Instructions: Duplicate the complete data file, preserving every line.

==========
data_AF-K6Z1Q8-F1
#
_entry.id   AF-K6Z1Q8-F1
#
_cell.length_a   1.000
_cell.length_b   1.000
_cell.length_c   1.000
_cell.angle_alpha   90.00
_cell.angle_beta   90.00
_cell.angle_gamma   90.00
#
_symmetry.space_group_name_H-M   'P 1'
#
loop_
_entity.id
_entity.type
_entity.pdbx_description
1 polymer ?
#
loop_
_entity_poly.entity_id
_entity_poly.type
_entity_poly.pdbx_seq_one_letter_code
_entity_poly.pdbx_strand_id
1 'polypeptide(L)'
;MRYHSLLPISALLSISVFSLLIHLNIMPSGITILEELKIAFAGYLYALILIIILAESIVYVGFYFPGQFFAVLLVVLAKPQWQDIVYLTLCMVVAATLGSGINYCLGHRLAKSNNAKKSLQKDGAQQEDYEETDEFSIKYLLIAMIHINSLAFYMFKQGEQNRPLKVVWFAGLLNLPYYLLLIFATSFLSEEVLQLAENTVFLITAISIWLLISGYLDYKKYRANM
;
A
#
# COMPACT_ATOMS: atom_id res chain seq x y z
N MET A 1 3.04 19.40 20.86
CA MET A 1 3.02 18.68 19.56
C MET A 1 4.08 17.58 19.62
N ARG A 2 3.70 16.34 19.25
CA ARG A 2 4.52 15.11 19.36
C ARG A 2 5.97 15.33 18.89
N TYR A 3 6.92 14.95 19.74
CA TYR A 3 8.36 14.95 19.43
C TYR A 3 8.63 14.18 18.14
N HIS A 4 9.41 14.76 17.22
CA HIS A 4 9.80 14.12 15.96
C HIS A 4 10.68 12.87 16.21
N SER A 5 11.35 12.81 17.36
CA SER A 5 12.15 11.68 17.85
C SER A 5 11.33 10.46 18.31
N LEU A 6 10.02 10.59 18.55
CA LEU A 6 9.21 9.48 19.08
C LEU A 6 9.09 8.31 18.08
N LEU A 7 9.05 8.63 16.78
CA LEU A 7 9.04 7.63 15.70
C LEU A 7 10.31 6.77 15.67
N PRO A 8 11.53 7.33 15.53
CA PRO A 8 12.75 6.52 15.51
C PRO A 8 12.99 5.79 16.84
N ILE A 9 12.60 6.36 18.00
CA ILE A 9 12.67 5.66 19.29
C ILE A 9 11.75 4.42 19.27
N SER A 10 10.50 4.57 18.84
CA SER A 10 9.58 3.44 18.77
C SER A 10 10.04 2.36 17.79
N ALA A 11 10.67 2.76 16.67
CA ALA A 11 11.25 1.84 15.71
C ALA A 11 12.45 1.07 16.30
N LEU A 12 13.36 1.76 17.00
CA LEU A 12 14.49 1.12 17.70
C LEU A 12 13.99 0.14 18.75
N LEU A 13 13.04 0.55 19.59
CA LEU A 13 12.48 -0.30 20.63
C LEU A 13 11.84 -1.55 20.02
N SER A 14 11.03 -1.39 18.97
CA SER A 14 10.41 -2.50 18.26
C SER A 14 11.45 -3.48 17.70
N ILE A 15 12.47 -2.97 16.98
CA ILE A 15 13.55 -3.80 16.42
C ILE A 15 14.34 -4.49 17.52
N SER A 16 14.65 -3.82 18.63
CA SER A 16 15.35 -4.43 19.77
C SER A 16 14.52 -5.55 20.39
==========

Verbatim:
data_AF-K6Z1Q8-F1
#
_entry.id   AF-K6Z1Q8-F1
#
_cell.length_a   1.000
_cell.length_b   1.000
_cell.length_c   1.000
_cell.angle_alpha   90.00
_cell.angle_beta   90.00
_cell.angle_gamma   90.00
#
_symmetry.space_group_name_H-M   'P 1'
#
loop_
_entity.id
_entity.type
_entity.pdbx_description
1 polymer ?
#
loop_
_entity_poly.entity_id
_entity_poly.type
_entity_poly.pdbx_seq_one_letter_code
_entity_poly.pdbx_strand_id
1 'polypeptide(L)'
;MRYHSLLPISALLSISVFSLLIHLNIMPSGITILEELKIAFAGYLYALILIIILAESIVYVGFYFPGQFFAVLLVVLAKPQWQDIVYLTLCMVVAATLGSGINYCLGHRLAKSNNAKKSLQKDGAQQEDYEETDEFSIKYLLIAMIHINSLAFYMFKQGEQNRPLKVVWFAGLLNLPYYLLLIFATSFLSEEVLQLAENTVFLITAISIWLLISGYLDYKKYRANM
;
A
#
# COMPACT_ATOMS: atom_id res chain seq x y z
N MET A 1 3.04 19.40 20.86
CA MET A 1 3.02 18.68 19.56
C MET A 1 4.08 17.58 19.62
N ARG A 2 3.70 16.34 19.25
CA ARG A 2 4.52 15.11 19.36
C ARG A 2 5.97 15.33 18.89
N TYR A 3 6.92 14.95 19.74
CA TYR A 3 8.36 14.95 19.43
C TYR A 3 8.63 14.18 18.14
N HIS A 4 9.41 14.76 17.22
CA HIS A 4 9.80 14.12 15.96
C HIS A 4 10.68 12.87 16.21
N SER A 5 11.35 12.81 17.36
CA SER A 5 12.15 11.68 17.85
C SER A 5 11.33 10.46 18.31
N LEU A 6 10.02 10.59 18.55
CA LEU A 6 9.21 9.48 19.08
C LEU A 6 9.09 8.31 18.08
N LEU A 7 9.05 8.63 16.78
CA LEU A 7 9.04 7.63 15.70
C LEU A 7 10.31 6.77 15.67
N PRO A 8 11.53 7.33 15.53
CA PRO A 8 12.75 6.52 15.51
C PRO A 8 12.99 5.79 16.84
N ILE A 9 12.60 6.36 18.00
CA ILE A 9 12.67 5.66 19.29
C ILE A 9 11.75 4.42 19.27
N SER A 10 10.50 4.57 18.84
CA SER A 10 9.58 3.44 18.77
C SER A 10 10.04 2.36 17.79
N ALA A 11 10.67 2.76 16.67
CA ALA A 11 11.25 1.84 15.71
C ALA A 11 12.45 1.07 16.30
N LEU A 12 13.36 1.76 17.00
CA LEU A 12 14.49 1.12 17.70
C LEU A 12 13.99 0.14 18.75
N LEU A 13 13.04 0.55 19.59
CA LEU A 13 12.48 -0.30 20.63
C LEU A 13 11.84 -1.55 20.02
N SER A 14 11.03 -1.39 18.97
CA SER A 14 10.41 -2.50 18.26
C SER A 14 11.45 -3.48 17.70
N ILE A 15 12.47 -2.97 16.98
CA ILE A 15 13.55 -3.80 16.42
C ILE A 15 14.34 -4.49 17.52
N SER A 16 14.65 -3.82 18.63
CA SER A 16 15.35 -4.43 19.77
C SER A 16 14.52 -5.55 20.39